Speciation of mercury in different environmental compartments. Design, development and optimization of analytical methods and procedures
Makiese, Julien Lusilao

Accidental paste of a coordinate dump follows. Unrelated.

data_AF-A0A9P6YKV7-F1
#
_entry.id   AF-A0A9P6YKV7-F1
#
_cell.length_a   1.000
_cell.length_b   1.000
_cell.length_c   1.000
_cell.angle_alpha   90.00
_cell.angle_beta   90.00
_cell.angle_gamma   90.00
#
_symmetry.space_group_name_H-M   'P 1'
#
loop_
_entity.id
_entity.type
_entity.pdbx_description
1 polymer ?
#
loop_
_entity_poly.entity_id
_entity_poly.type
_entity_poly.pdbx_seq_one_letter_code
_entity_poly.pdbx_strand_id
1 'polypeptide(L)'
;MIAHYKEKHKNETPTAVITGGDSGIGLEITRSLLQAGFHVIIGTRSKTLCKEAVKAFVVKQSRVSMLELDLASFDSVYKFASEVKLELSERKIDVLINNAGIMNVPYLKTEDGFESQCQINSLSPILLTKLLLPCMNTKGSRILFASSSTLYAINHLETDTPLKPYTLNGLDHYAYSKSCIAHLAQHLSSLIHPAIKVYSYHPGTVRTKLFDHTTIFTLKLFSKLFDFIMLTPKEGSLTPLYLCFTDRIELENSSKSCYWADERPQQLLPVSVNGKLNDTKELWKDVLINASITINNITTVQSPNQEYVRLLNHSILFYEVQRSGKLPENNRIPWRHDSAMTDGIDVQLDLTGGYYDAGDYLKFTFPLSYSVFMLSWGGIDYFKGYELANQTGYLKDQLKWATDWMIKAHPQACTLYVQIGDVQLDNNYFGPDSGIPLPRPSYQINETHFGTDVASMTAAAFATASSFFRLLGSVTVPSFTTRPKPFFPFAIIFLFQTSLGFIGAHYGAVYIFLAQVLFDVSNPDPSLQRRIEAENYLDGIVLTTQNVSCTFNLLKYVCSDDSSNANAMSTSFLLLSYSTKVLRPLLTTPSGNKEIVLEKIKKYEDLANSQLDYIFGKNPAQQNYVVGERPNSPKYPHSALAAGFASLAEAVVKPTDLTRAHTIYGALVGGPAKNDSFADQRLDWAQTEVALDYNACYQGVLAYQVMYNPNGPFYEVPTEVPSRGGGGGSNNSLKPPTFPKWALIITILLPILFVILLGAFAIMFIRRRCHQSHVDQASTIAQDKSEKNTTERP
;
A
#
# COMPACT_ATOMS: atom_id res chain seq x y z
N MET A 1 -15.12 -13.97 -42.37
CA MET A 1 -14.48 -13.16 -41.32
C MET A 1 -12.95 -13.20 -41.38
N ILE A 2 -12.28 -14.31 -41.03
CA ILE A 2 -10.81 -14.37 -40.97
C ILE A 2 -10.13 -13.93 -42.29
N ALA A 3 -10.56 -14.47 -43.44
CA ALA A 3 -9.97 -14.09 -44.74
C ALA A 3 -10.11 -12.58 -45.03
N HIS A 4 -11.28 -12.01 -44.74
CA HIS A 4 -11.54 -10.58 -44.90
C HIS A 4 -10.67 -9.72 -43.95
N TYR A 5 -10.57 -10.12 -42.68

The widespread use of organometallic compounds and their subsequent release into the environment has created a great environmental concern about the toxicity and effects of these pollutants. Mercury pollution is a growing concern worldwide because its can reach high concentrations in various environmental media and thus adversely affect humans, wildlife and ecosystem functioning. Mercury is present in the environment in different molecular forms with specific biogeochemical transformation and ecotoxicity. Inorganic Hg2+ is the main form in water and sediment samples. Concentration levels of organomercury species is very low (usually ng L-1) in aquatic environments but the toxic effect of these compounds can be significant due to their tendency for bioaccumulation and biomagnification in the food chain. The development of a sensitive, reliable, simple, and cost effective procedure for speciation analysis of mercury in different environmental compartments is currently one of the principal research challenges in environmental analytical chemistry. To this end, this study aimed to develop and optimize analytical methods and procedures for the determination of total mercury and the speciation of inorganic and organic forms of mercury. The hyphenation of gas chromatography and inductively coupled plasma mass spectrometry (GC-ICP-MS) was achieved and used successfully. Rapid and efficient sample preparation procedures based on microwave-assisted extraction for solid samples were developed. The optimized analytical methods and procedures were validated by the analysis of environmental certified reference materials (CRM 015-050 sediment for HgTOT and CRM 463 tuna fish for HgTOT and MeHg). The developed methodologies were finally applied to real environmental samples, namely soil, sediment, water, fish and human hair, collected in some South African regions affected by environmental pollution due to reprocessing of old tailings dumps and chlor-alakali facilities. The study included collection of ancillary data (pH, redox potential) which are critically important for mercury monitoring program. Predictive models of mercury speciation in water samples based on thermodynamic solution equilibria were also established.